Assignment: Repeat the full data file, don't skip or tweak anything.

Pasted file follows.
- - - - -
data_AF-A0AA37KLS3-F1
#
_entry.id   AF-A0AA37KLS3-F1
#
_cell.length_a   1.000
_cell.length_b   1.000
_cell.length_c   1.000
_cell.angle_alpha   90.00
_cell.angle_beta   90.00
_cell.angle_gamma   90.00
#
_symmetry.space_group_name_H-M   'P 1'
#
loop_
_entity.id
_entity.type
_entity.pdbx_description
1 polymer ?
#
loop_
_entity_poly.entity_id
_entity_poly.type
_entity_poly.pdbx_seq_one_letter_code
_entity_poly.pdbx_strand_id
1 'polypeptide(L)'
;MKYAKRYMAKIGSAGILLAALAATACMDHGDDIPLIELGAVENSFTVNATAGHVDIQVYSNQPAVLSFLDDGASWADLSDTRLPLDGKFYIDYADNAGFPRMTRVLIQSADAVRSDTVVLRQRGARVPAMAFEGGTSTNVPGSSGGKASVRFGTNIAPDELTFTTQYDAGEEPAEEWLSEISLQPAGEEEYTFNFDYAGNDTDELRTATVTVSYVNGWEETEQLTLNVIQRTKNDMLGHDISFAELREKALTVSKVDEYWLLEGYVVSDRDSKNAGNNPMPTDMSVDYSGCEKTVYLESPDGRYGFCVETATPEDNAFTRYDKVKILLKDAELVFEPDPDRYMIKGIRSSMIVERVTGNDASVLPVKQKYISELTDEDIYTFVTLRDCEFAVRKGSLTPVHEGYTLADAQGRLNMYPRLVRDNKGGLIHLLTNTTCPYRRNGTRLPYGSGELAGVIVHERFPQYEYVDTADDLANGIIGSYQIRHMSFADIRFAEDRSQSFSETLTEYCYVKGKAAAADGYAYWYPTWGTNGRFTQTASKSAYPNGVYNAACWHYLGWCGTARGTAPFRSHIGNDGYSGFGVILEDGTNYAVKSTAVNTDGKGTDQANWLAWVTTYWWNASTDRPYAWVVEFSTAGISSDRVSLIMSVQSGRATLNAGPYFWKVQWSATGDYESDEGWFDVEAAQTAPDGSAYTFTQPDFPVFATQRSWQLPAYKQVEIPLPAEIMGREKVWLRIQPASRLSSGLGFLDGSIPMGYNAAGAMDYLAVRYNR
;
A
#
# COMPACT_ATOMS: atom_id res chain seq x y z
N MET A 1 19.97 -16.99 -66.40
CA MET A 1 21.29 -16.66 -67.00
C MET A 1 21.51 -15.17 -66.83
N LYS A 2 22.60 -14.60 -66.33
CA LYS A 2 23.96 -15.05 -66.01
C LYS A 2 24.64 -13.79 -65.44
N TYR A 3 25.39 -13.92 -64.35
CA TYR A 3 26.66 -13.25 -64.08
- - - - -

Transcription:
data_AF-A0AA37KLS3-F1
#
_entry.id   AF-A0AA37KLS3-F1
#
_cell.length_a   1.000
_cell.length_b   1.000
_cell.length_c   1.000
_cell.angle_alpha   90.00
_cell.angle_beta   90.00
_cell.angle_gamma   90.00
#
_symmetry.space_group_name_H-M   'P 1'
#
loop_
_entity.id
_entity.type
_entity.pdbx_description
1 polymer ?
#
loop_
_entity_poly.entity_id
_entity_poly.type
_entity_poly.pdbx_seq_one_letter_code
_entity_poly.pdbx_strand_id
1 'polypeptide(L)'
;MKYAKRYMAKIGSAGILLAALAATACMDHGDDIPLIELGAVENSFTVNATAGHVDIQVYSNQPAVLSFLDDGASWADLSDTRLPLDGKFYIDYADNAGFPRMTRVLIQSADAVRSDTVVLRQRGARVPAMAFEGGTSTNVPGSSGGKASVRFGTNIAPDELTFTTQYDAGEEPAEEWLSEISLQPAGEEEYTFNFDYAGNDTDELRTATVTVSYVNGWEETEQLTLNVIQRTKNDMLGHDISFAELREKALTVSKVDEYWLLEGYVVSDRDSKNAGNNPMPTDMSVDYSGCEKTVYLESPDGRYGFCVETATPEDNAFTRYDKVKILLKDAELVFEPDPDRYMIKGIRSSMIVERVTGNDASVLPVKQKYISELTDEDIYTFVTLRDCEFAVRKGSLTPVHEGYTLADAQGRLNMYPRLVRDNKGGLIHLLTNTTCPYRRNGTRLPYGSGELAGVIVHERFPQYEYVDTADDLANGIIGSYQIRHMSFADIRFAEDRSQSFSETLTEYCYVKGKAAAADGYAYWYPTWGTNGRFTQTASKSAYPNGVYNAACWHYLGWCGTARGTAPFRSHIGNDGYSGFGVILEDGTNYAVKSTAVNTDGKGTDQANWLAWVTTYWWNASTDRPYAWVVEFSTAGISSDRVSLIMSVQSGRATLNAGPYFWKVQWSATGDYESDEGWFDVEAAQTAPDGSAYTFTQPDFPVFATQRSWQLPAYKQVEIPLPAEIMGREKVWLRIQPASRLSSGLGFLDGSIPMGYNAAGAMDYLAVRYNR
;
A
#
# COMPACT_ATOMS: atom_id res chain seq x y z
N MET A 1 19.97 -16.99 -66.40
CA MET A 1 21.29 -16.66 -67.00
C MET A 1 21.51 -15.17 -66.83
N LYS A 2 22.60 -14.60 -66.33
CA LYS A 2 23.96 -15.05 -66.01
C LYS A 2 24.64 -13.79 -65.44
N TYR A 3 25.39 -13.92 -64.35
CA TYR A 3 26.66 -13.25 -64.08